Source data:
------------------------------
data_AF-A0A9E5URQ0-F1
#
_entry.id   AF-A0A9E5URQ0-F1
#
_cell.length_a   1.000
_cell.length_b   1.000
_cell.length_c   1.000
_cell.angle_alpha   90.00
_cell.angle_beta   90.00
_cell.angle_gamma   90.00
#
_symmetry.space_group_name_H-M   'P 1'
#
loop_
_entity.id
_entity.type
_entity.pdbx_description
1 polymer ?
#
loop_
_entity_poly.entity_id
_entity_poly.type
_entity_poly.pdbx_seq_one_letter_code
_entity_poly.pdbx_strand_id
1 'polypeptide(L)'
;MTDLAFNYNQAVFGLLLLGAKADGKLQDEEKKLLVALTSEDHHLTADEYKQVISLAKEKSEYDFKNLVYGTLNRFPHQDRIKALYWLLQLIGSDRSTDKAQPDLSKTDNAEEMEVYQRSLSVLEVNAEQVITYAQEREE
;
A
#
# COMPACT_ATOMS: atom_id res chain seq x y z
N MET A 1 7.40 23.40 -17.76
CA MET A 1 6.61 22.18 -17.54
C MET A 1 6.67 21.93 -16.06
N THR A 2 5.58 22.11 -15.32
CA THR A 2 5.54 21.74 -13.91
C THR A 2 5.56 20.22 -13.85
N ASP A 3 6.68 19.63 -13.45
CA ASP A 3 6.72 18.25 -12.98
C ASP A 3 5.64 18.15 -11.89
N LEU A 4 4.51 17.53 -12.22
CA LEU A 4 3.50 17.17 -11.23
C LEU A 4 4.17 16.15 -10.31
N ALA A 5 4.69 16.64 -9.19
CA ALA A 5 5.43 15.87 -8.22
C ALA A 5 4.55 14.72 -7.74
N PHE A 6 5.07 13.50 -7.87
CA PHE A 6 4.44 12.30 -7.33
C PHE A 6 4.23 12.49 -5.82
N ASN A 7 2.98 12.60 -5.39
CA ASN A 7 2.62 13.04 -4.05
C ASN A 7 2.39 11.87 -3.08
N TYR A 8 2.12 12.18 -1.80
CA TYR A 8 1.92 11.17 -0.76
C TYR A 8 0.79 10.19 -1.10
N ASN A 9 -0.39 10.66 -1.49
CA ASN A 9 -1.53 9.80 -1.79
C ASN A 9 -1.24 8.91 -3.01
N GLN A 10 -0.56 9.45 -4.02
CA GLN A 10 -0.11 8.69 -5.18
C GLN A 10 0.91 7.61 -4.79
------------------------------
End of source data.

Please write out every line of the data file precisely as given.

data_AF-A0A9E5URQ0-F1
#
_entry.id   AF-A0A9E5URQ0-F1
#
_cell.length_a   1.000
_cell.length_b   1.000
_cell.length_c   1.000
_cell.angle_alpha   90.00
_cell.angle_beta   90.00
_cell.angle_gamma   90.00
#
_symmetry.space_group_name_H-M   'P 1'
#
loop_
_entity.id
_entity.type
_entity.pdbx_description
1 polymer ?
#
loop_
_entity_poly.entity_id
_entity_poly.type
_entity_poly.pdbx_seq_one_letter_code
_entity_poly.pdbx_strand_id
1 'polypeptide(L)'
;MTDLAFNYNQAVFGLLLLGAKADGKLQDEEKKLLVALTSEDHHLTADEYKQVISLAKEKSEYDFKNLVYGTLNRFPHQDRIKALYWLLQLIGSDRSTDKAQPDLSKTDNAEEMEVYQRSLSVLEVNAEQVITYAQEREE
;
A
#
# COMPACT_ATOMS: atom_id res chain seq x y z
N MET A 1 7.40 23.40 -17.76
CA MET A 1 6.61 22.18 -17.54
C MET A 1 6.67 21.93 -16.06
N THR A 2 5.58 22.11 -15.32
CA THR A 2 5.54 21.74 -13.91
C THR A 2 5.56 20.22 -13.85
N ASP A 3 6.68 19.63 -13.45
CA ASP A 3 6.72 18.25 -12.98
C ASP A 3 5.64 18.15 -11.89
N LEU A 4 4.51 17.53 -12.22
CA LEU A 4 3.50 17.17 -11.23
C LEU A 4 4.17 16.15 -10.31
N ALA A 5 4.69 16.64 -9.19
CA ALA A 5 5.43 15.87 -8.22
C ALA A 5 4.55 14.72 -7.74
N PHE A 6 5.07 13.50 -7.87
CA PHE A 6 4.44 12.30 -7.33
C PHE A 6 4.23 12.49 -5.82
N ASN A 7 2.98 12.60 -5.39
CA ASN A 7 2.62 13.04 -4.05
C ASN A 7 2.39 11.87 -3.08
N TYR A 8 2.12 12.18 -1.80
CA TYR A 8 1.92 11.17 -0.76
C TYR A 8 0.79 10.19 -1.10
N ASN A 9 -0.39 10.66 -1.49
CA ASN A 9 -1.53 9.80 -1.79
C ASN A 9 -1.24 8.91 -3.01
N GLN A 10 -0.56 9.45 -4.02
CA GLN A 10 -0.11 8.69 -5.18
C GLN A 10 0.91 7.61 -4.79